Charlotte-Mecklenburg Schools parent Betrice Gardner was one of the first to apply for a seat in the Dorothy J. Vaughan Academy of Technology, one of several new magnet schools opening for the 2017-2018 school year. "Coding and technology is the future. I want my son to participate in that future," she said.
Gardner was one of six participants in a district media briefing July 19 about enrollment and expansion of CMS magnet schools and programs. Applications for magnet seats increased by 36 percent for the 2017-2018 school year from the previous year, with new options such as the Dorothy J. Vaughan Academy of Technology drawing strong interest. Existing programs at several schools also had waiting lists for the first time.
"The history of CMS magnets is really a bright history," said Dr. Clayton Wilcox, superintendent of CMS and the briefing's leader. "It's a rich history… but we are not going to rest on our laurels." To that end, he said, CMS has expanded its magnet choices for the 2017-2018 school year by adding nine programs or schools and 2,630 new seats in magnet programs.
Dr. Wilcox was also joined at the briefing by the associate superintendent for student assignment and school choice, two magnet school principals and a magnet school student.
"We are excited about our magnet programs and we are excited about increasing choices for our families and students," said Akeshia Craven-Howell, the associate superintendent. She said that applications for magnet programs in 2017-2018 were up significantly from the previous year. In 2017-2018, there were 15,939 applications, compared to 11,703 a year earlier, an increase of 36 percent. In all, she said, there are more than 25,500 students enrolled in magnet schools or programs for 2017-2018, compared to about 22,300 in 2016-2017.
Schools or programs that offer Science, Technology, Engineering and Mathematics (STEM) and Science, Technology, Engineering, Arts and Mathematics (STEAM) are among the most popular options.
Dr. Tisha Greene, principal at Oakhurst STEAM Academy, said that a computer-science curriculum was added at her school last year and it would be continued this year. Oakhurst is entering its third year as a STEAM magnet.
"We immerse all of our students in STEAM," Dr. Greene said. "We are focusing on problem-based and project-based learning."
Krish Ramaraj, a rising fourth-grader at Oakhurst, said the school offered many ways to learn.
"We have lots of opportunities," he said, adding that last year he took part in Science Olympiad and the chess club. He also plays the guitar – and played the instrument for a school talent show, even though he had a broken wrist.
Oakhurst gave him one additional opportunity, he said: "We were taught about how not to be scared of speaking in public."
Toyia Matthews, principal of the Dorothy J. Vaughan Academy of Technology, said her school had a very special spirit because of the woman for whom it's named. "Dorothy J. Vaughan was a high school math teacher and an inspiration for the movie 'Hidden Figures,'" Matthews said. She said the school has a computer science-immersion program that includes coding, logic, creativity and problem-solving. "We want our students to have the skills needed for the unknown jobs of the future," she said. "This is an unparalleled opportunity for children."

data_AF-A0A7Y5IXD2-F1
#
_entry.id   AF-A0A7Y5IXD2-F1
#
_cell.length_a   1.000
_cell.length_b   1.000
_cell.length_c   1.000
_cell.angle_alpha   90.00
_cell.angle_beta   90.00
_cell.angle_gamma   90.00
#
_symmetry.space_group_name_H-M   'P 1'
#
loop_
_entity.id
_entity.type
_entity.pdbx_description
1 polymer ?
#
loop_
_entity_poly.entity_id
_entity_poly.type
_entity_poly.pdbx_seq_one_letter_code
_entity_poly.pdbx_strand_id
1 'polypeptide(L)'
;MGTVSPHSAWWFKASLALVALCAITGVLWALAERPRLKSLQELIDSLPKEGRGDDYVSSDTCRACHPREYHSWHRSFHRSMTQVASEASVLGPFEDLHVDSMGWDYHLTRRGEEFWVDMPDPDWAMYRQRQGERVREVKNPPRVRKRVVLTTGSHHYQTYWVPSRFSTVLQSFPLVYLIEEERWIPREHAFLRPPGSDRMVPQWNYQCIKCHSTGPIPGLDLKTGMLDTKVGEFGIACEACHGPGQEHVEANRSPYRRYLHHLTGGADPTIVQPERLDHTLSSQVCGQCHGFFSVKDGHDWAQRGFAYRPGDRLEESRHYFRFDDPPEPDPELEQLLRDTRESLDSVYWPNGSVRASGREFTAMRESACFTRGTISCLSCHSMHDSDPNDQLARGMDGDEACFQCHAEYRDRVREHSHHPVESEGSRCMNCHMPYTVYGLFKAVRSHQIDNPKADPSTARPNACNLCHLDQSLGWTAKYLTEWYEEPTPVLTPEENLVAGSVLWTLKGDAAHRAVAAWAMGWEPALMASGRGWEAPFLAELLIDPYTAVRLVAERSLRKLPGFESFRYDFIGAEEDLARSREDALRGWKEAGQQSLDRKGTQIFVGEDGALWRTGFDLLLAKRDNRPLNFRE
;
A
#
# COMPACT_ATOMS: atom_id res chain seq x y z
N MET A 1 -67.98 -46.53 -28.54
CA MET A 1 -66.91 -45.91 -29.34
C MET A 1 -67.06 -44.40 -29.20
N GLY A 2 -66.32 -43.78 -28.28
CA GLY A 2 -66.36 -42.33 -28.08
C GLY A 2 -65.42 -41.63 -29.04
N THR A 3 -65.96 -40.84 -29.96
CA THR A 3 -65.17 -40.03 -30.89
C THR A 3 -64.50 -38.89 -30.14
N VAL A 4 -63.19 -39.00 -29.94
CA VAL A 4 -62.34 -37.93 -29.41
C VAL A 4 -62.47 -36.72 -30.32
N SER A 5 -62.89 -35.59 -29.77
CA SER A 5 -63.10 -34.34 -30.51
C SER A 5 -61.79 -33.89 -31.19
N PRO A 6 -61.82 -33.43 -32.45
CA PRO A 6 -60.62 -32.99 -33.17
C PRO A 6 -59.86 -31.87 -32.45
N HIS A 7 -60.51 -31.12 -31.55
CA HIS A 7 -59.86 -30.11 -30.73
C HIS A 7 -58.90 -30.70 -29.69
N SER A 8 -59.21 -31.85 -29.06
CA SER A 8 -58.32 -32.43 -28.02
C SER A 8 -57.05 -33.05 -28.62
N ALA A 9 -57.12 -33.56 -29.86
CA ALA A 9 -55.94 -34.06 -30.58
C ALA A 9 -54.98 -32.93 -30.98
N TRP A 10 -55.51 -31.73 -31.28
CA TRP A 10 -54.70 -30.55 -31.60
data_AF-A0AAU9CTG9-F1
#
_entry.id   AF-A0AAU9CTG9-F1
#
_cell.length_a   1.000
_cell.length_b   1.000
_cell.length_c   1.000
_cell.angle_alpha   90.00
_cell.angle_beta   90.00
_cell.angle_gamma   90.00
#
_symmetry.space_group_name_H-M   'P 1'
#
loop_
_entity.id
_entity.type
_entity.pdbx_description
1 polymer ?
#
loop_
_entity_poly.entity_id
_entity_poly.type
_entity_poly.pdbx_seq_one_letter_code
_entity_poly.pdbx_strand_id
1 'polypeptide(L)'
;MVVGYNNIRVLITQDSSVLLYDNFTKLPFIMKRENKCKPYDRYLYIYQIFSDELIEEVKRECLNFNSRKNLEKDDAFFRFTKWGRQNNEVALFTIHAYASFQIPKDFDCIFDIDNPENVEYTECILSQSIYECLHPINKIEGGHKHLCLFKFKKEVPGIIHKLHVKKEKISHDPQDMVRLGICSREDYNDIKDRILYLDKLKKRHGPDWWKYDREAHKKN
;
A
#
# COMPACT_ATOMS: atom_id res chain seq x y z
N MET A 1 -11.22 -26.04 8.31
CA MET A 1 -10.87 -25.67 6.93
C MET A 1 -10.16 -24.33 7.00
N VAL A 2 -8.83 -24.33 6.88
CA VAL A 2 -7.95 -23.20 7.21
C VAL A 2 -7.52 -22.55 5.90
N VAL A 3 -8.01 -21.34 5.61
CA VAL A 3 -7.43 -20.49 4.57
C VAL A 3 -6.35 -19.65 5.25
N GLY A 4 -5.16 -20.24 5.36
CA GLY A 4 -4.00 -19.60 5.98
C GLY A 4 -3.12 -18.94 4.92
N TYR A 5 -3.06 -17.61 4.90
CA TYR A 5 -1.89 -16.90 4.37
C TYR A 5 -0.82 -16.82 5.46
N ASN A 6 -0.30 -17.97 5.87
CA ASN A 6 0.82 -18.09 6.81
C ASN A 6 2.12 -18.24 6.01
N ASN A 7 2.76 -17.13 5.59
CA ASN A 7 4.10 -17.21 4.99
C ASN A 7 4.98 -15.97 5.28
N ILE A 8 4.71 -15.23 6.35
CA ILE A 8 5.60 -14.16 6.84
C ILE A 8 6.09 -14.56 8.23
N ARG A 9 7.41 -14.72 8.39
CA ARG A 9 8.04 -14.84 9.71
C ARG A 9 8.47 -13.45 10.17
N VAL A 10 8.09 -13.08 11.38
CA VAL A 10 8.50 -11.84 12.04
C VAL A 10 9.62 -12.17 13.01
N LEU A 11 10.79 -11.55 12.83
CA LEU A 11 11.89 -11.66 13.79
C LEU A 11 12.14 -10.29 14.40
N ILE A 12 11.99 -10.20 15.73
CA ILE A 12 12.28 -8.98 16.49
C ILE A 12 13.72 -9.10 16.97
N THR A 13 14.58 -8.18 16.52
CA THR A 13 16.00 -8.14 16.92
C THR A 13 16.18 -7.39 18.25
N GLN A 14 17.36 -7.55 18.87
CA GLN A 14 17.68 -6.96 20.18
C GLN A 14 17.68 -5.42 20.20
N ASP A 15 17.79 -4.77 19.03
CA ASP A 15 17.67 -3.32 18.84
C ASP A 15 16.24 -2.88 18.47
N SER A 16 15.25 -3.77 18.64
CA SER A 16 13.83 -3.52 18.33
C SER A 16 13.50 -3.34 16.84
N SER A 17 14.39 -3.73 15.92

Gardner, the CMS parent, said that opportunity to learn was the reason she chose Dorothy J. Vaughan Academy of Technology for her son.
"I want him to be one of those children who create technology, not just use it," she said.
About CMS magnet schools and programs
CMS magnet programs have consistently earned high ratings from the Magnet Schools of America (MSA), the national organization that monitors specialized curricula. Idlewild Elementary was named the best magnet school in America in 2017 by MSA, which awarded it the Dr. Ronald P. Simpson Distinguished Merit Award. The Simpson award is given to one school each year which exemplifies the five pillars of magnet schools: diversity, innovative curriculum and professional development, academic excellence, high quality instructional systems, and family and community partnerships. Idlewild and the other magnet schools in CMS have also been recognized as schools of excellence and distinction by MSA in recent years.
There are several new choices for parents and students this year. The Dorothy J. Vaughan Academy of Technology will offer technology programs, including coding, to elementary students. Merancas Middle College at Central Piedmont Community College offers an honors program for grades 11 through 13 in which students can earn college credits. The Charlotte Teachers Early College offers a similar program for students interested in an educational career.
Although many programs are filled and have waiting lists, there are still some magnet seats available. For more information about the magnet programs in Charlotte-Mecklenburg Schools, click here.